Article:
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Florida DOR Seeks Input for TCJA Impact Analysis

Published: August 9th, 2018

By: H. French Brown, IV Robert S. Goldman Mark E. Holcomb

The Florida Department of Revenue is currently examining the impact of the 2017 federal Tax Cuts and Jobs Act on Florida’s corporate income tax system. As part of that process, the Department is soliciting input from taxpayers regarding the effects of the TCJA. The Department’s evaluation will likely identify options for changing the Florida Corporate Income Tax Code in response to specific TCJA provisions. Public participation in this process is encouraged.

Florida’s Initial Response to TCJA

As we previously reported, the TCJA became law on December 22, 2017. That late effective date afforded the Florida Legislature little time during its 2018 Regular Session to evaluate the potential impact of the TCJA’s many domestic and foreign provisions on Florida’s corporate income tax. The legislature ultimately adopted the 2018 Internal Revenue Code, including the TCJA, as the basis for the Florida code (with certain modifications).[1] One provision of that legislation directed the Department of Revenue to form a working group to examine the effects of the TCJA on the state corporate income tax.

DOR’s Working Group and Public Workshops

The Department’s working group has been examining the effects of the TCJA and receiving public input as part of that process. Comments may be submitted to the Department via email or regular mail.[2] These comments (and other state and federal resources pertinent to the review project) are posted on the Department’s website.[3]

As part of its review, the Department is conducting at least two public workshops to receive input from interested parties. The first workshop will be held on August 22, 2018, at 9:00 a.m., at the Department’s headquarters in Tallahassee.[4] An agenda for the workshop, including webinar registration instructions for those who wish to participate remotely, is posted on the Department’s website.[5]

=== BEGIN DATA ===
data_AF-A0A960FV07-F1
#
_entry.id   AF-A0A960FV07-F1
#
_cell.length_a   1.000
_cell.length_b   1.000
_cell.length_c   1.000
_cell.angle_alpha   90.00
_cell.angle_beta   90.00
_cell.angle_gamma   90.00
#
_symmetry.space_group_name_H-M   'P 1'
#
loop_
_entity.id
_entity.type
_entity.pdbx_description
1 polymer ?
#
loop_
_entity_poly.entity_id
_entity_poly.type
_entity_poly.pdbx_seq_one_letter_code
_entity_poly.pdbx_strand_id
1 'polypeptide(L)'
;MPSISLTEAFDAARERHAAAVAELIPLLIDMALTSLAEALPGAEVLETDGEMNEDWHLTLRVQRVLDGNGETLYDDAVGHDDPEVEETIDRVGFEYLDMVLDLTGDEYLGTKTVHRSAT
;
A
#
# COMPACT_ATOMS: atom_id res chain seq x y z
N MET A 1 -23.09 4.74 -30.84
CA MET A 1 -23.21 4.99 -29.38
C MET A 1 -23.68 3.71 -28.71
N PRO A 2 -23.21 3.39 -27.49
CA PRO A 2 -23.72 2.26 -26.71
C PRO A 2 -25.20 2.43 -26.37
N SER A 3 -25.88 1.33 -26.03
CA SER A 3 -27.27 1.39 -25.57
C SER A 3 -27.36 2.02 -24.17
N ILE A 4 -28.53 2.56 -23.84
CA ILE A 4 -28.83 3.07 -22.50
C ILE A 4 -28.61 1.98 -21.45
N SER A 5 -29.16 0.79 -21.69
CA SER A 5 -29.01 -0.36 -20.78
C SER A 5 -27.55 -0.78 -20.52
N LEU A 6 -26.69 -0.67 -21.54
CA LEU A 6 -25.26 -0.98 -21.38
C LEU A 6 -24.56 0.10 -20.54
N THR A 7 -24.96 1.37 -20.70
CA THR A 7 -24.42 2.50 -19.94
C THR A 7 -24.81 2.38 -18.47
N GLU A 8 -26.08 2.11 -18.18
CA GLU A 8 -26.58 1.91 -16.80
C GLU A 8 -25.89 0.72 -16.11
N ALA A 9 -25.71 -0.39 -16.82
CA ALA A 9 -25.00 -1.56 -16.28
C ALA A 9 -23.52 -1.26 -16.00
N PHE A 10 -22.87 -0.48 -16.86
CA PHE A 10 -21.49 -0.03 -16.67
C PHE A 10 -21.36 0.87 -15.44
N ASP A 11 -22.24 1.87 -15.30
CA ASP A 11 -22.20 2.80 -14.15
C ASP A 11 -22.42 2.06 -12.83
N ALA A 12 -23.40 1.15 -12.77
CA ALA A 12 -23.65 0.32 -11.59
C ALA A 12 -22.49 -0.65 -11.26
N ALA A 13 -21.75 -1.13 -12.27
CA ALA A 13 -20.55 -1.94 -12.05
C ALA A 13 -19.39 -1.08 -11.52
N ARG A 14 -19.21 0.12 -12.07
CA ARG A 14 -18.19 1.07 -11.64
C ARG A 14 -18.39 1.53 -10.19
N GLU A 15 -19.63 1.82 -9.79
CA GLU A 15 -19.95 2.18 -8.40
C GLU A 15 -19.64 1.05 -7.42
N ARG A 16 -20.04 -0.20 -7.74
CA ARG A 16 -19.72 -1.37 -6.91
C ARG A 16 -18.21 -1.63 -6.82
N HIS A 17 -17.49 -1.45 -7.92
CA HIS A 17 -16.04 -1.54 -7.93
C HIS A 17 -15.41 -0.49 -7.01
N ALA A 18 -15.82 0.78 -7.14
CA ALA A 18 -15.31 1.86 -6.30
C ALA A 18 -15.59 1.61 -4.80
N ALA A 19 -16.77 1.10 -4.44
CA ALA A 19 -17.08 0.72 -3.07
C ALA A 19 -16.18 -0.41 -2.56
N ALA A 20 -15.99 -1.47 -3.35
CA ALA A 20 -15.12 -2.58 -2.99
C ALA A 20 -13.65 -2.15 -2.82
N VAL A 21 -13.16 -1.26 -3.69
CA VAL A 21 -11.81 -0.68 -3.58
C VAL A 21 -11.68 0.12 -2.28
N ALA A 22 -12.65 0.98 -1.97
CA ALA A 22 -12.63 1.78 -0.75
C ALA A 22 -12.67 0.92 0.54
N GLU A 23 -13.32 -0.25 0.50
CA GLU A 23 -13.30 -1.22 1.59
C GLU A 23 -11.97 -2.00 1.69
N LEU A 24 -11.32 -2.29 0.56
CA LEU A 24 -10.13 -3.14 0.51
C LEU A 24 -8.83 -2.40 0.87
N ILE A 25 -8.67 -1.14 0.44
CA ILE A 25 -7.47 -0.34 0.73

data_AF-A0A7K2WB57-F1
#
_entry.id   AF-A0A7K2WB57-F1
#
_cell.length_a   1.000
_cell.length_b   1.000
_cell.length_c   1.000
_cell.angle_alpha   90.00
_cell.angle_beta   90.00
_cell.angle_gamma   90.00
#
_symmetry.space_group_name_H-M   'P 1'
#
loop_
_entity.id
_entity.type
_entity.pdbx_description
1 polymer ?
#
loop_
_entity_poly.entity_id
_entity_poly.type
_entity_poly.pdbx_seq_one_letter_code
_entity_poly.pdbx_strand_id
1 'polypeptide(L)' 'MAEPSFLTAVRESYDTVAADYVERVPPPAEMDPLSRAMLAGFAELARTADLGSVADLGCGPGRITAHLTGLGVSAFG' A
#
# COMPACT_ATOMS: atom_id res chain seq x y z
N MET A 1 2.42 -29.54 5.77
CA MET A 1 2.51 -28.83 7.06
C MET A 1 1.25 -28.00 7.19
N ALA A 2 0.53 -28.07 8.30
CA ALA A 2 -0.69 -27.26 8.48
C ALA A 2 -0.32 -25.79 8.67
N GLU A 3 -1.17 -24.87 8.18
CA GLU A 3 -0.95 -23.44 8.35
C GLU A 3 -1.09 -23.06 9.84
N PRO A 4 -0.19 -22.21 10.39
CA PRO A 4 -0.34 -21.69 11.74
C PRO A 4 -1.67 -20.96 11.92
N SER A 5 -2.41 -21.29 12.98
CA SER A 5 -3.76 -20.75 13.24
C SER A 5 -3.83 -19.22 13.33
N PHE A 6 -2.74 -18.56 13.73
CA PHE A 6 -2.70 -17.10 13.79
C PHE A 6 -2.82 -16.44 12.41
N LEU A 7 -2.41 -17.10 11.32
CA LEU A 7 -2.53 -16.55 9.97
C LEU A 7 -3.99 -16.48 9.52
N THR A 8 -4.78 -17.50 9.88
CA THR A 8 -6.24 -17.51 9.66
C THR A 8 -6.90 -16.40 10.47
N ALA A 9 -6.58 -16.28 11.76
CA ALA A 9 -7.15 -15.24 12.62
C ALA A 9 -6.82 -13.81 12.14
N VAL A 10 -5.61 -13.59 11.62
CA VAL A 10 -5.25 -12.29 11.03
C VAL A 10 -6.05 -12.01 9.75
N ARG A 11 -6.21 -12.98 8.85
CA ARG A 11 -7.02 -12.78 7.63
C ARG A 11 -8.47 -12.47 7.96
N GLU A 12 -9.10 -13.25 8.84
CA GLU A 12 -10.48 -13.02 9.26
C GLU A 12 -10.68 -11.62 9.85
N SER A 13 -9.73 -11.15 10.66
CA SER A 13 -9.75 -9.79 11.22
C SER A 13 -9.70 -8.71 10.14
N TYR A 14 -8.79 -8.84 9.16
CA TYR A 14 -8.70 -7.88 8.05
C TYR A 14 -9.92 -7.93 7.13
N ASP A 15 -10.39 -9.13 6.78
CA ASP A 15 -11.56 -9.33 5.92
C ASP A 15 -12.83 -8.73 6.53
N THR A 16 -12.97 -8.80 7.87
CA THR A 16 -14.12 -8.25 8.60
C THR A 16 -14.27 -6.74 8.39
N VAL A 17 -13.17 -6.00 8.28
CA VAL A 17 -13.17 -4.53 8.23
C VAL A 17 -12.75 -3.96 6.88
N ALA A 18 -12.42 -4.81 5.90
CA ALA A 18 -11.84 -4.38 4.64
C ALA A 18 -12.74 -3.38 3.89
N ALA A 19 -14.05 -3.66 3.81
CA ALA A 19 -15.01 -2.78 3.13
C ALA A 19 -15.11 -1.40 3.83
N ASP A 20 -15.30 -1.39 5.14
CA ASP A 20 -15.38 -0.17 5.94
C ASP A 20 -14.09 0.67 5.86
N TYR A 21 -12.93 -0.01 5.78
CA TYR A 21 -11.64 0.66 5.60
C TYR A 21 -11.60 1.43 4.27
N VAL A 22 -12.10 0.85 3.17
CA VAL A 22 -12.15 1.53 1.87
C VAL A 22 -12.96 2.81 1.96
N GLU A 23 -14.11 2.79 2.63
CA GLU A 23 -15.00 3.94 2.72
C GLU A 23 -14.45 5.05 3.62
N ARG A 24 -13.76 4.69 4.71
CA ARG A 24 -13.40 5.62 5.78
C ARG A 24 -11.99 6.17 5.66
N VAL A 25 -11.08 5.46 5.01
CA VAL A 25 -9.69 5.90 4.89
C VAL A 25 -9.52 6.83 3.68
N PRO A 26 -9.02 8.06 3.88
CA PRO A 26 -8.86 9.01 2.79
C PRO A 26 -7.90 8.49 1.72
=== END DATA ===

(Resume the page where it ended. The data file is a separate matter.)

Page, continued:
The Department’s working group includes 14 representatives from various sections of the agency, including its Office of General Counsel, General Tax Administration, Technical Assistance and Dispute Resolution, Office of Tax Research, Office of Legislative and Cabinet Services, and Office of the Executive Director.

DOR’s Initial Status Report and Current Focus

The Department’s working group is required to issue interim status reports and a final report by February 1, 2019 to the Governor, Senate President, and House Speaker. The first status report, dated August 3, 2018, is posted on the Department’s website.[6] The second status report is due by November 16, 2018.

The working group’s initial status report identifies 13 provisions of the TCJA that “have the potential to have significant impacts on Florida.”[7] These identified topics are fluid and subject to change as the working group receives additional input, including IRS guidance on various aspects of the TCJA.

The 13 TCJA provisions currently identified are:

  • Treatment of one-time deemed repatriated foreign income – IRC §965[8]
  • Repeal of the Alternative Minimum Tax – IRC §§53, 55 and 56
  • Increases in limitations on expensing certain business assets – IRC §179
  • Changes to net operating loss deduction – IRC §172
  • Bonus depreciation – IRC §168(k)[9]
  • Repeal of domestic production activities deduction – IRC §199
  • Base Erosion Anti-Abuse Tax (BEAT) – IRC §59A
  • Amortization of research and experimental expenditures – IRC §174
  • Deduction for dividends received from foreign corporations – IRC §245A
  • Global Intangible Low-Taxed Income (GILTI) – IRC §951A
  • Deduction for Foreign-Derived Intangible Income (FDII) – IRC §250